Oct 13 2009
The Black Stallion’s broken leg treated with PEMF Therapy
( a case history)
“Diamond Night” better known as The Black Stallion broke his leg in several places and most veterinarians would have put him to sleep. Dr. Bullock, saved his life with a daring surgery and used Pulsating Electro Magnetic Field Therapy which completely healed his leg in record time.
When a horse breaks a leg, the usual treatment is termination. But when that horse is a well trained movie star, a few more doors are open. Diamond Night, one of three horses who played the title role in the film The Black Stallion, was given new life through the fast action of his trainer, Corky Randall and Dr. James E. Bullock. This five-year-old Arabian stallion was training on Tuesday, June 29 for an upcoming movie. According to trainers, he went up into the air and came down again, losing his footing and continuing to fall onto his right shoulder. They heard a loud crack resembling a rifle shot. When Diamond Night stood up his left front leg was dangling. The Black stallion’s trainer immediately called his veterinarian Bullock’s veterinary hospital in Newhall, CA. “When I arrived, he (Diamond Night) was standing in a round pen where he had been training,” said Dr. Bullock. “X-rays revealed that the leg was shattered at the distal section – a transverse fracture at the distal aspect and numerous pieces at the proximal aspect. The ulna was broken – a transverse fracture through the ulna.”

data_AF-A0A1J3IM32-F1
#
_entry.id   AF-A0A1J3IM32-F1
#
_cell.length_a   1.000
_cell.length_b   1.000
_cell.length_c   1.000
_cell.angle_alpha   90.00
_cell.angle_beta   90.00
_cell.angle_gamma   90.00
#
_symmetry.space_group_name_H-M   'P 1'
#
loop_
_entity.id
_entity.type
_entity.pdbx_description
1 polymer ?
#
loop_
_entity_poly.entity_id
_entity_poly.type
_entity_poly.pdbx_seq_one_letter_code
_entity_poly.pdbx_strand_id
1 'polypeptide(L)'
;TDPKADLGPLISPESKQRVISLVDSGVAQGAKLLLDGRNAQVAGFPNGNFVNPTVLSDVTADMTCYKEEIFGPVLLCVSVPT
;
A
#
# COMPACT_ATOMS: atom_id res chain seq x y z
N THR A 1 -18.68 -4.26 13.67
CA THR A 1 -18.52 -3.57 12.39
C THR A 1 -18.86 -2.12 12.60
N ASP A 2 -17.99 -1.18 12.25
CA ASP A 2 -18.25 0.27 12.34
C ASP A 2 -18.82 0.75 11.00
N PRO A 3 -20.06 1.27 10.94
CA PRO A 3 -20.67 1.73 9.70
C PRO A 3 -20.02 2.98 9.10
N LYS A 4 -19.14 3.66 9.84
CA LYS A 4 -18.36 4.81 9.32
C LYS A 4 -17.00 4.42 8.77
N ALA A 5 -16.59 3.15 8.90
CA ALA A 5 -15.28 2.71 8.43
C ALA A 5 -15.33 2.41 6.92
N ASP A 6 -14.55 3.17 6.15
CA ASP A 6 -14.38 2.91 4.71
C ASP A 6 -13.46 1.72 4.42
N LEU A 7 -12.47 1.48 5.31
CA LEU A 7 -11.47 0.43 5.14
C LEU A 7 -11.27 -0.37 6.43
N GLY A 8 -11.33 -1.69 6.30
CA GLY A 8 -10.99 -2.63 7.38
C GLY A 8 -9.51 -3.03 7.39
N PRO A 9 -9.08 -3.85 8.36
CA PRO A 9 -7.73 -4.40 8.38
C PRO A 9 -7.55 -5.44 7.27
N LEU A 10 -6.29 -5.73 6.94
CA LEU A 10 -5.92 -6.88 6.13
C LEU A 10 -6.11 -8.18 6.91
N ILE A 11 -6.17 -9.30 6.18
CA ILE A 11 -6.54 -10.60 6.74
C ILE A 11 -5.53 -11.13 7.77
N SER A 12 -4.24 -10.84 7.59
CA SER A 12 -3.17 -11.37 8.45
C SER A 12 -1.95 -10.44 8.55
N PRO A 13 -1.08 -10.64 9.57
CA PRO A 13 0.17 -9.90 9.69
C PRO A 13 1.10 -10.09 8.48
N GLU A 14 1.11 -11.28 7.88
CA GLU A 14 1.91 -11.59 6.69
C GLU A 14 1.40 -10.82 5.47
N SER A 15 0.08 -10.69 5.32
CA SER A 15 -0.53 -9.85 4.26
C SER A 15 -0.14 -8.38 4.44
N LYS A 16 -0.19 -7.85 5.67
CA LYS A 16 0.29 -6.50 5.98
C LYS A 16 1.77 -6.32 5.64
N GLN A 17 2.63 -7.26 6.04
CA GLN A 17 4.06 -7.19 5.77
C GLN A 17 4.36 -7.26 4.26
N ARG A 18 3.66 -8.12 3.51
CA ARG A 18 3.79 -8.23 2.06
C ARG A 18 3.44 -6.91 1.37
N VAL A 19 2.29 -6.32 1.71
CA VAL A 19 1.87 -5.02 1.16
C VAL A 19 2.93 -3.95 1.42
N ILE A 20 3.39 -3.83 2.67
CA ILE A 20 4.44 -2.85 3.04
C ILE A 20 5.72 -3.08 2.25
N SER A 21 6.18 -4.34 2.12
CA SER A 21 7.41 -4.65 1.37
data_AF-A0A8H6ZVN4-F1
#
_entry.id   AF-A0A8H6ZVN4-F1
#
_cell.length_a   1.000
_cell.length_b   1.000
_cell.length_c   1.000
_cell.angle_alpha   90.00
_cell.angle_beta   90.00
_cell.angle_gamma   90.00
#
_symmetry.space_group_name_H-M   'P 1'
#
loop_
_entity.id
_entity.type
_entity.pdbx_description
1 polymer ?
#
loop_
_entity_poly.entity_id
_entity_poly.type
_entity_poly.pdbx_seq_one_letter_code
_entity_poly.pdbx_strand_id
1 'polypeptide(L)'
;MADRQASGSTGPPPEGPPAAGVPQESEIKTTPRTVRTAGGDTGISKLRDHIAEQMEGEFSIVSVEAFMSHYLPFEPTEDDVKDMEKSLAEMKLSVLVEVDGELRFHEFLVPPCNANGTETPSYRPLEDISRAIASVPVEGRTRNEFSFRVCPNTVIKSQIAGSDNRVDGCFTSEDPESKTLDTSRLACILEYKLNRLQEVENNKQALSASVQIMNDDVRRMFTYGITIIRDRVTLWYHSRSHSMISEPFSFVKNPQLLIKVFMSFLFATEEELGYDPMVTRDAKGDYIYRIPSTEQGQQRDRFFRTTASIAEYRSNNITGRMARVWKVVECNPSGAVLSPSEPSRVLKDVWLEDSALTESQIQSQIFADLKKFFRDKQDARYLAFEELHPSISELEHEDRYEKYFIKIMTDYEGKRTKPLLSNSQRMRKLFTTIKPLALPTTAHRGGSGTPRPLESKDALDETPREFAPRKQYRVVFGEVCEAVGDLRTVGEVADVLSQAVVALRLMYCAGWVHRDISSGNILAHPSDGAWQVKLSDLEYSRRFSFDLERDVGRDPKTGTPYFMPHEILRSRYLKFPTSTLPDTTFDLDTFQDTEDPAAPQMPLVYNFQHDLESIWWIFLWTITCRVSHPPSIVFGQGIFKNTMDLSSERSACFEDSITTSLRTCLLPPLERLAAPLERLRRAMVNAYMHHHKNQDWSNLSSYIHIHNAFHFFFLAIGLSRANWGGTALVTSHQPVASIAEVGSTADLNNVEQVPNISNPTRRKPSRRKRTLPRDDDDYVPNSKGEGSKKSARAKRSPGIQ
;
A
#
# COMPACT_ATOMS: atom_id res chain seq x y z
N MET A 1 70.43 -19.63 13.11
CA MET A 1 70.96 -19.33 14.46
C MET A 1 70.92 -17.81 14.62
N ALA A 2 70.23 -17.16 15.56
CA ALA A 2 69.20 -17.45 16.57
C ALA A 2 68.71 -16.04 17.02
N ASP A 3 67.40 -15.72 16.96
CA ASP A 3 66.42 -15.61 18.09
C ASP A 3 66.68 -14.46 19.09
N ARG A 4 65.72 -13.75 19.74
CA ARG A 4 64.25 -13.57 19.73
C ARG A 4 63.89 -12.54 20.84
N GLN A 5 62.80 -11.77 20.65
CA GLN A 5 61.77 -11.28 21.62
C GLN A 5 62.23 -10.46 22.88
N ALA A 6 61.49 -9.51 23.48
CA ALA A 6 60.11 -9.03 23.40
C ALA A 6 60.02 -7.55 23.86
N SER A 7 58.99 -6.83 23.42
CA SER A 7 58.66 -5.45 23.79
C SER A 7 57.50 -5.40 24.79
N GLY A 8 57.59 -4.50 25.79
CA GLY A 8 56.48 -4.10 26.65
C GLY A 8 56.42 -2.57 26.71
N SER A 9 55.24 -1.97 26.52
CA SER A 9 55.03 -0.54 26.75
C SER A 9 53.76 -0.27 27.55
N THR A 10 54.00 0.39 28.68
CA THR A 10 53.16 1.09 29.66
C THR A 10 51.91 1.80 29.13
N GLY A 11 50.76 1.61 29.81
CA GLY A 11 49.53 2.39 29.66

After examining the x-rays, Dr. Bullock decided to go ahead and do the surgery. “We knew a bone plate wouldn’t work,” he said. “The horse had not made any type of the compound fracture through the skin, so we still had a chance as far as infection goes. We stabilised the horse and put a temporary support splint and cast on him and spun the horse up so that he wouldn’t put any weight on the leg.”
This particular spot couldn’t be cast because the fracture was about three inches below the elbow, explained Dr. Bullock. He said in order to cast it, one would have to place a joint below the fracture. In this case, he said it would merely act as a fulcrum and that different breaks would usually occur after that. “This is why this type of fracture is rarely attempted,” he said. “Also, most horses will not tolerate a sling. Diamond Night is an extremely intelligent horse and did very well in a sling. He used it to rest in and when he was not tired, he stood. We anticipated he would be in a sling for a minimum of six weeks.”
Dr. Bullock spent all Tuesday night with the owner of a machine shop trying to design the type of apparatus they would need to accomplish the surgery. Assembly of the equipment started at 7:30 Wednesday morning and at 3 o’clock that afternoon, surgery began. The stallion was down for 5 1/2 hours plus a recovery of 2 1/2 hours.
“We applied a Kirschner apparatus to the radius to stabilize the fracture,” he said. “This may have been done before, but it hadn’t been published, so we didn’t have a lot to go on.” “For the first two days he had the support cast. After that, we just left it open.”
On Friday, Dr. Bullock started the PEMF therapy. He explained that Diamond Night got two, 30 minute sessions per day. He slid a coil up over the fracture. The magnetic field surrounding the fracture is increased, along with circulation and oxygenation.
“PEMF therapy increases oxygenation of the tissue and increases ionic exchange of the bone which potentiates healing.” said Dr. Bullock. “The horse has no feeling or sensation of the therapy. But the pain goes away and the fracture can heal. PEMF therapy reduced the time the horse had to spend in a sling.”
Arrangements were also made with a certified welder to develop a walker for Diamond Night. Dr. Bullock said they walked him while he was still in a sling to prevent problems occurring with the other legs and muscles and subsequent pneumonia. As of July 22nd, X-rays showed the bones healing and that Diamond Night was doing very well.